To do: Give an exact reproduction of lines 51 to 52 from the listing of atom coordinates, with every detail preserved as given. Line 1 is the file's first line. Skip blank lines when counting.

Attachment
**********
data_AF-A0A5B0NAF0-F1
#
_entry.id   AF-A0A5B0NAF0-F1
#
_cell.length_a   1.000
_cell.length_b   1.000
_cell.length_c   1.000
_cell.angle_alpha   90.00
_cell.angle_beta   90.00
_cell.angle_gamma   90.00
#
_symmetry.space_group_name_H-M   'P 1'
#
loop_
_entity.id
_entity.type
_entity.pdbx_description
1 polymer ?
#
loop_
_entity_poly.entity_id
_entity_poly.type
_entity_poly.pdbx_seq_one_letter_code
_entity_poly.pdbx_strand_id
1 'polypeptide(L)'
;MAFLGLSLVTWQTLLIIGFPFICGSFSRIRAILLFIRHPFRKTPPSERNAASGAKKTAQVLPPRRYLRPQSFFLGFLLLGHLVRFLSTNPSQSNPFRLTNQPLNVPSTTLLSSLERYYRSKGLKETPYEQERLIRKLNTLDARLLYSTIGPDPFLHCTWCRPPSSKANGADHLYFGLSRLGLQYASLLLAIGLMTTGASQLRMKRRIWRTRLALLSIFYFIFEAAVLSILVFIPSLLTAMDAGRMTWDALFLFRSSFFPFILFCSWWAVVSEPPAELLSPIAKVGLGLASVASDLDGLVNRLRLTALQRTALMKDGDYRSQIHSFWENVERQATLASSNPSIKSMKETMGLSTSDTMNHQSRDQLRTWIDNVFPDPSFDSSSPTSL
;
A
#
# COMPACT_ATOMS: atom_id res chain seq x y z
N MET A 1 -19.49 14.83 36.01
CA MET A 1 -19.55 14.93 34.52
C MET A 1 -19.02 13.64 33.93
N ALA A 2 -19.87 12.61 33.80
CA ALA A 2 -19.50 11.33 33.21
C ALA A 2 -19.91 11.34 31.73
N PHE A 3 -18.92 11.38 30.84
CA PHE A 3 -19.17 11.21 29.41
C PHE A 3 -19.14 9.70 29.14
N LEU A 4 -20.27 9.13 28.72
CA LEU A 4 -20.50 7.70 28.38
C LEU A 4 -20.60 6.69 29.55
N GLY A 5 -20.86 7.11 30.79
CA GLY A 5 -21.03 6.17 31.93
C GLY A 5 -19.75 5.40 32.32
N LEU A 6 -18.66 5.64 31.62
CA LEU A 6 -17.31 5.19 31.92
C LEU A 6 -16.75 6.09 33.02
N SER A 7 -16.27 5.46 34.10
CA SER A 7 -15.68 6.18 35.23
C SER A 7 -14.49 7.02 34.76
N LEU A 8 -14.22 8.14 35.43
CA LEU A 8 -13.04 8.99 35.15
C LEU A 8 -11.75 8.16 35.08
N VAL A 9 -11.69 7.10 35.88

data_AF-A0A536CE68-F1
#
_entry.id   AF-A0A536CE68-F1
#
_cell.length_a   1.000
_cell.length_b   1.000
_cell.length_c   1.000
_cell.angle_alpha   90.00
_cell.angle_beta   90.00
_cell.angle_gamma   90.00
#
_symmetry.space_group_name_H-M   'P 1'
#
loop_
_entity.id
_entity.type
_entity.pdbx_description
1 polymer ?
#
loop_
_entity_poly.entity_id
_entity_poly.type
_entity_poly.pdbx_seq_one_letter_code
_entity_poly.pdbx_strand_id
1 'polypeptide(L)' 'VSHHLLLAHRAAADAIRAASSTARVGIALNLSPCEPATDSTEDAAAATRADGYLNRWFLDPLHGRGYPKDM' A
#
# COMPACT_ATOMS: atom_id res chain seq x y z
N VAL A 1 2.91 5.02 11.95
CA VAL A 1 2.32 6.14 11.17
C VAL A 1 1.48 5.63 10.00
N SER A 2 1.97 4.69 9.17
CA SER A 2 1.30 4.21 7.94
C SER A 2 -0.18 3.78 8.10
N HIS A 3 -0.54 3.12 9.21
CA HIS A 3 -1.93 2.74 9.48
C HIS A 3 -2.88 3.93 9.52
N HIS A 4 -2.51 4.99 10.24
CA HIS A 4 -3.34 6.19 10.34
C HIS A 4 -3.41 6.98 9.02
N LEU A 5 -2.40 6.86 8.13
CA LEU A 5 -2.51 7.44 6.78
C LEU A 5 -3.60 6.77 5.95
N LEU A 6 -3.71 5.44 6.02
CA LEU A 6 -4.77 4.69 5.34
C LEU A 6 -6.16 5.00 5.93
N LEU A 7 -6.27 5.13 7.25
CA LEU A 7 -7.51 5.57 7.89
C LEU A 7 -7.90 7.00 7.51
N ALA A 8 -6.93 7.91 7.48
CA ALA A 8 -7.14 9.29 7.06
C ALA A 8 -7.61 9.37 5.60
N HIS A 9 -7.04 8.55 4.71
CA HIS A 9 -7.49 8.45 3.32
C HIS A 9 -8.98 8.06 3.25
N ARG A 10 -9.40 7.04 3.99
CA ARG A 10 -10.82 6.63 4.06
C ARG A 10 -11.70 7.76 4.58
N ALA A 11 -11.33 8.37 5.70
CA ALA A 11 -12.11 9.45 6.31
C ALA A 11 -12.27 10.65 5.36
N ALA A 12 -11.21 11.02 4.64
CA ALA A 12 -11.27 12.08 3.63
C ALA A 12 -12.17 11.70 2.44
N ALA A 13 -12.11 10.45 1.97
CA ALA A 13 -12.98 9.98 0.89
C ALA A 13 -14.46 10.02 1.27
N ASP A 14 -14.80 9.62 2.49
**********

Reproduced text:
C SER A 7 -14.49 7.02 34.76
N LEU A 8 -14.22 8.14 35.43